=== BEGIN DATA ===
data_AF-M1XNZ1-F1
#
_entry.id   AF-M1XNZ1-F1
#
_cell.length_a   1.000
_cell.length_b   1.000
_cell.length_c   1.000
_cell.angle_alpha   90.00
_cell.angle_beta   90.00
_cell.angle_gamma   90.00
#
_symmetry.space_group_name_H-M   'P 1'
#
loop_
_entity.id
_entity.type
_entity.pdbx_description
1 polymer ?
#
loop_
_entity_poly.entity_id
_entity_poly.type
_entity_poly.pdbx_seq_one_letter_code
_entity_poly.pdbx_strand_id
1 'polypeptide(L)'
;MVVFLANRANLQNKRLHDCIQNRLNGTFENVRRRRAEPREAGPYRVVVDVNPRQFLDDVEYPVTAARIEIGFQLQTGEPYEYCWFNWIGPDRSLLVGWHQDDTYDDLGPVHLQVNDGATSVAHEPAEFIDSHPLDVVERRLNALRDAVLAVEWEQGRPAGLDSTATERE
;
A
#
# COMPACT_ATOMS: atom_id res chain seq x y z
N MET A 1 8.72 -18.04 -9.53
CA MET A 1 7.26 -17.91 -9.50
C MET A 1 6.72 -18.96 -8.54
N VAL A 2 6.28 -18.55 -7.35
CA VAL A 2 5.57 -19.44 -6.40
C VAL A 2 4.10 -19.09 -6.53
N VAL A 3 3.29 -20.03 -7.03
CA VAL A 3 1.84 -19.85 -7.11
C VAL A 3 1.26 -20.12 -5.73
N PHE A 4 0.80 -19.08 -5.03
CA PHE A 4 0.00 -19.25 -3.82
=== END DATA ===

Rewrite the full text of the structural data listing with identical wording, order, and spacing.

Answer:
data_AF-M1XNZ1-F1
#
_entry.id   AF-M1XNZ1-F1
#
_cell.length_a   1.000
_cell.length_b   1.000
_cell.length_c   1.000
_cell.angle_alpha   90.00
_cell.angle_beta   90.00
_cell.angle_gamma   90.00
#
_symmetry.space_group_name_H-M   'P 1'
#
loop_
_entity.id
_entity.type
_entity.pdbx_description
1 polymer ?
#
loop_
_entity_poly.entity_id
_entity_poly.type
_entity_poly.pdbx_seq_one_letter_code
_entity_poly.pdbx_strand_id
1 'polypeptide(L)'
;MVVFLANRANLQNKRLHDCIQNRLNGTFENVRRRRAEPREAGPYRVVVDVNPRQFLDDVEYPVTAARIEIGFQLQTGEPYEYCWFNWIGPDRSLLVGWHQDDTYDDLGPVHLQVNDGATSVAHEPAEFIDSHPLDVVERRLNALRDAVLAVEWEQGRPAGLDSTATERE
;
A
#
# COMPACT_ATOMS: atom_id res chain seq x y z
N MET A 1 8.72 -18.04 -9.53
CA MET A 1 7.26 -17.91 -9.50
C MET A 1 6.72 -18.96 -8.54
N VAL A 2 6.28 -18.55 -7.35
CA VAL A 2 5.57 -19.44 -6.40
C VAL A 2 4.10 -19.09 -6.53
N VAL A 3 3.29 -20.03 -7.03
CA VAL A 3 1.84 -19.85 -7.11
C VAL A 3 1.26 -20.12 -5.73
N PHE A 4 0.80 -19.08 -5.03
CA PHE A 4 0.00 -19.25 -3.82